Jonathan Livingston Seagull

Topics: Jonathan Livingston Seagull, Fable, Richard Bach Pages: 5 (1544 words) Published: May 31, 2012
Liberal arts in social sciences|

Liberal arts in social sciences

The very first copies of this work were published in 1970. But only after second release of this book in 1972, it became a “best seller” and afterwards it made author famous around the world.
Some may say, that this book is meant for those who are bored of their life and its daily routine. Well… they are right. But still, this book contains much more than just a perspective of one point of view for those readers, who are searching for satisfaction of perfection in their mind.

And again – Richard Bach made his statement very clear about his book, that it is not a fairytale or story about birdies. The similarities with human life and society are obvious. Even at the very first pages Richard Bach wrote: “For real Jonathan Seagull – that lives in each of us.”

Richard Bach shares his spiritual thoughts about this book with following words: “Don’t believe what your eyes are telling you. All they show is limitation. Look with your understanding. Find out what you already know and you will see the way to fly.”

For a certain extent, in my opinion, this small and philosophical masterpiece of Bach is/should be compulsory literature for each of us, who are learning their way to spirituality, self-development… anyone of us who wants to explore the world, life, cosmos… to understand it and make their horizons clearer to see, what faces us ahead.

Even if this book is clearly defined as a novel and it is far away of our reality consciousness, I believe that this work is actually author’s autobiography, where he writes about his spiritual fight with society and his own mind. But… let me land down on the ground with this book and analyse it.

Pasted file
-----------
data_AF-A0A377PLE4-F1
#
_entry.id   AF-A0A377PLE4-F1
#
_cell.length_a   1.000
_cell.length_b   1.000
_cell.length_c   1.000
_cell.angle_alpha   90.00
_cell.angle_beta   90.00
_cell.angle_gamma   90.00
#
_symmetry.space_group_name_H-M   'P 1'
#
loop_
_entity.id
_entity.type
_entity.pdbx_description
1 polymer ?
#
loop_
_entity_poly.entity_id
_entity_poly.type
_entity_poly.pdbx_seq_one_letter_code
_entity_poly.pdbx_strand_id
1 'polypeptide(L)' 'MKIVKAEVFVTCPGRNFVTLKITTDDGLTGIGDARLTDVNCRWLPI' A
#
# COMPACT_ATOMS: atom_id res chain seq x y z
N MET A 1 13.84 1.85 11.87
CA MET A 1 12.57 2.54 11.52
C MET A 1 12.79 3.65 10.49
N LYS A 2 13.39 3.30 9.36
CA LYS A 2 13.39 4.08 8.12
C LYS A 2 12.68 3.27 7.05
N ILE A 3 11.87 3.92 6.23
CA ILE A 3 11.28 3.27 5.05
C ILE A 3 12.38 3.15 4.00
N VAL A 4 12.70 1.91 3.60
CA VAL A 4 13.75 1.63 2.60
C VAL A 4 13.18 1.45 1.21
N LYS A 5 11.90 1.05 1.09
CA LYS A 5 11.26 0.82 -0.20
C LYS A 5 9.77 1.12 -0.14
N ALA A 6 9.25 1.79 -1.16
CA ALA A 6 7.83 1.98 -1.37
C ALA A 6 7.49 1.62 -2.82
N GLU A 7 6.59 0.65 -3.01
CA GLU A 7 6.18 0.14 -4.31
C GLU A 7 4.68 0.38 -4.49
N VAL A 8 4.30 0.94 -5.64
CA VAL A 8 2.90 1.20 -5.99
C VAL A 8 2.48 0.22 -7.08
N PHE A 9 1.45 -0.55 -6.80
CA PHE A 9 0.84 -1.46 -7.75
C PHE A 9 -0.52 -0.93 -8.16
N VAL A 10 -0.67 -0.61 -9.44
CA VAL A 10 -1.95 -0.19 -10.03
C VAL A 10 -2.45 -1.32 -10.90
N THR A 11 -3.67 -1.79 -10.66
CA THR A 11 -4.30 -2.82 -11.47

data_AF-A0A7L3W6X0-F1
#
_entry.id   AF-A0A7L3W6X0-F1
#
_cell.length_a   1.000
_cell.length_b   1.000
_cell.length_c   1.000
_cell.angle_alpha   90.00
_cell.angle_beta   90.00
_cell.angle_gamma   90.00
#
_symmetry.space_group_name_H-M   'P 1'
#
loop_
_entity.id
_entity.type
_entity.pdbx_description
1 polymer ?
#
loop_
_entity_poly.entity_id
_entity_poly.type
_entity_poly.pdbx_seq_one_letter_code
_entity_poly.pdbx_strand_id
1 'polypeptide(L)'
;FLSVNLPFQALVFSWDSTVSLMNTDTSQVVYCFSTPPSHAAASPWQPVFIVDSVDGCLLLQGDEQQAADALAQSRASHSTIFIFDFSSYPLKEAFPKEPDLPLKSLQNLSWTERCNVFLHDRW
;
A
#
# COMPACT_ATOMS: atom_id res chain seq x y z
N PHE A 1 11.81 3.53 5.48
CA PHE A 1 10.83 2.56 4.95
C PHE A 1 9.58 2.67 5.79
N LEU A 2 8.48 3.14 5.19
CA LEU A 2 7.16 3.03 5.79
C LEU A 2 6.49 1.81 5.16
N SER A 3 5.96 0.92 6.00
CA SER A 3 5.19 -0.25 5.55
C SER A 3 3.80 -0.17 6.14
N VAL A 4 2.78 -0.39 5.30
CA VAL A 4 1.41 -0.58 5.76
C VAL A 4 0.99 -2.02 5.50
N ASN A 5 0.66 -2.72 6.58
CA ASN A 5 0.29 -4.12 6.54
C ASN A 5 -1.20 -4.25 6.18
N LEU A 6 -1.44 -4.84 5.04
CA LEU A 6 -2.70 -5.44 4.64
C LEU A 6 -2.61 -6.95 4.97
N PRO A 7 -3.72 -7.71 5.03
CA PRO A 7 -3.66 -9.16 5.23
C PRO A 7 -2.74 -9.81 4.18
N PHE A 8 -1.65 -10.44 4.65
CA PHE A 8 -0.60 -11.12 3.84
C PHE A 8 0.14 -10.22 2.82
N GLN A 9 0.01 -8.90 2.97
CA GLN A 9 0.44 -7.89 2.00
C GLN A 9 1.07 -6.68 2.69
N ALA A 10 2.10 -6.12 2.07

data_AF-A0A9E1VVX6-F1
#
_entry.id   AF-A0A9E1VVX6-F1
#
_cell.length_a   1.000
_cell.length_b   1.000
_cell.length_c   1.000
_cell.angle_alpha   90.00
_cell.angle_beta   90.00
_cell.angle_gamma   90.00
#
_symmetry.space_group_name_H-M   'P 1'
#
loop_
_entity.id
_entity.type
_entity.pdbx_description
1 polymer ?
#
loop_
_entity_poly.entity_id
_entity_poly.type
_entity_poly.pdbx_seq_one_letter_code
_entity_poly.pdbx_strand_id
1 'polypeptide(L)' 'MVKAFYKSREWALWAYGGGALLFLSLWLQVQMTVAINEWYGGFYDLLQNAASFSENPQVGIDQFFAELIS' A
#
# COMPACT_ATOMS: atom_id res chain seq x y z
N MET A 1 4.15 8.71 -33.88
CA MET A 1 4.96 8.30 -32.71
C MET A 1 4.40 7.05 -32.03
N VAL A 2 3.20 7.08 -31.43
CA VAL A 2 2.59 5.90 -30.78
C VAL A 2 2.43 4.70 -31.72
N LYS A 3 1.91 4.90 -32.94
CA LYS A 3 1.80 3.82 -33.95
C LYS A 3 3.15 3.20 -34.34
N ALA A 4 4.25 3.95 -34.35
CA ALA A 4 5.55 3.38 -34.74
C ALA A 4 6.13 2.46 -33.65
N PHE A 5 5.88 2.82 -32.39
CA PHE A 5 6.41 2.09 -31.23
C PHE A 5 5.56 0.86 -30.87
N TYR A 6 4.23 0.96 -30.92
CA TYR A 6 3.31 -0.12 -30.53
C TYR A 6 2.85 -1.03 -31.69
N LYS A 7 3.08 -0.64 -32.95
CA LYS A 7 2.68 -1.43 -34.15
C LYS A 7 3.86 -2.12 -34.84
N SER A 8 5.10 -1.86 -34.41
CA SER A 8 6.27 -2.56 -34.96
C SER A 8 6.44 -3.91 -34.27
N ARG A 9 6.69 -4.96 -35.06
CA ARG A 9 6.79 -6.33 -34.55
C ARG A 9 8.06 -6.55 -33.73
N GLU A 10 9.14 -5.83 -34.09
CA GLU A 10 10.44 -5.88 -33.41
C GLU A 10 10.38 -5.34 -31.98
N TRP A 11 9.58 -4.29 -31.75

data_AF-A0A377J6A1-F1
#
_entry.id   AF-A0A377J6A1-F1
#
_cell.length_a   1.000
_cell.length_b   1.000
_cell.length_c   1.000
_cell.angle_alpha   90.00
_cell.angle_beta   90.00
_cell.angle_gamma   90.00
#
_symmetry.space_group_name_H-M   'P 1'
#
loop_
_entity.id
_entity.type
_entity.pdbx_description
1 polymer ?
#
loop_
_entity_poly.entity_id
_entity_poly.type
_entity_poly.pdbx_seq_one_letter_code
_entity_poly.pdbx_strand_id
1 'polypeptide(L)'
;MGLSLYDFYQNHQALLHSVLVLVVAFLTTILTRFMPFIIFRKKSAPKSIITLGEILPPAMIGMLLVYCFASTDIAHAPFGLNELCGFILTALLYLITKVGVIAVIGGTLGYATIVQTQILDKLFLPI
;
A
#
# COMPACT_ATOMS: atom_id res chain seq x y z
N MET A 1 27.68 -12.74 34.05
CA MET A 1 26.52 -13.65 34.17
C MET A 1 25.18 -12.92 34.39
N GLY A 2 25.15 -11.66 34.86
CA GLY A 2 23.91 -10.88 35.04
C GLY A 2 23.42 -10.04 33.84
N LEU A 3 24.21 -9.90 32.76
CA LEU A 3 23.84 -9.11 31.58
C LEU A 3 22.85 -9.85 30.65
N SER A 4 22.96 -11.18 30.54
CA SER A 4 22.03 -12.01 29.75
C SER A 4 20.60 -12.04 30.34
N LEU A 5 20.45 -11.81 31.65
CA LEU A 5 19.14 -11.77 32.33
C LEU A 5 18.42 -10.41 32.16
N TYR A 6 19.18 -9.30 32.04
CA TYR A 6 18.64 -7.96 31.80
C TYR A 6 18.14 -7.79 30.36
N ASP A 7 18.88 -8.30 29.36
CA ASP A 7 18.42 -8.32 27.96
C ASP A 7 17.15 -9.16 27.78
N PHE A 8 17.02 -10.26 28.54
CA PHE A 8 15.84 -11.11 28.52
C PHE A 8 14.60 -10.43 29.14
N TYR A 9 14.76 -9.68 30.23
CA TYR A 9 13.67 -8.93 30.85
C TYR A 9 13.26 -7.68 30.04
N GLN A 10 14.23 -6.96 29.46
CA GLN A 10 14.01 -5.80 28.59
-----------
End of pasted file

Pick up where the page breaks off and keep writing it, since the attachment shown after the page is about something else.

It is obvious that this book belongs to few magical forms (for example – supernatural or magical realism) as a novel and is more obvious that this book is actually a fable in a form of novel. But it’s easier to say and define than construe understandably this kind of work, as the environment described there consists of two (well actually if you don’t believe in spirituality then one) worlds – the reality (the real one on earth) with the beautifully described landscape and the sacred, spiritual world that gave much more realistic colours to everything. And the other aspect of defining genre of this work is to understand – can the birds talk (are they understandable) only between their own kind or are they understandable to everyone.

Through whole book there is nothing else than a birds, sea, clouds, beach and mountains, what clearly stands for fable, so the aspect mentioned above is solved, as there is no other characters or creatures mentioned. Also the author’s speculative describing of characters, their actions and environment, links the both genres together. And now we are leaded to two main threads of the literature form and genre of this book – it is fable as much as it is novel, its structure and purpose as novel accords to antinovel and psychological novel, and as a fable it definitely is magical realism.

The work is experimental, there are no doubts, because for early 70’s there is too much of spirituality, which was harder to understand than now, and also this novel lets the readers to construct the reality of the story from a disordered narrative. That may stand only for antinovel that also leads to fiction, what in our case makes more sense, since, in the middle of book, the birds can gain unreal speed of flying and later they even can teleport themselves with the power of will.

As I have mentioned before, the novel is deeply philosophical and may actually reflect as psychological realism, because of one specific birds – Jonathan’s – actions where developed the circumstances and external actions from other birds (for example, when they cast him out of the pride because of his “unacceptable” flying, what was prohibited for that prides birds by the elders). So, that certainly...
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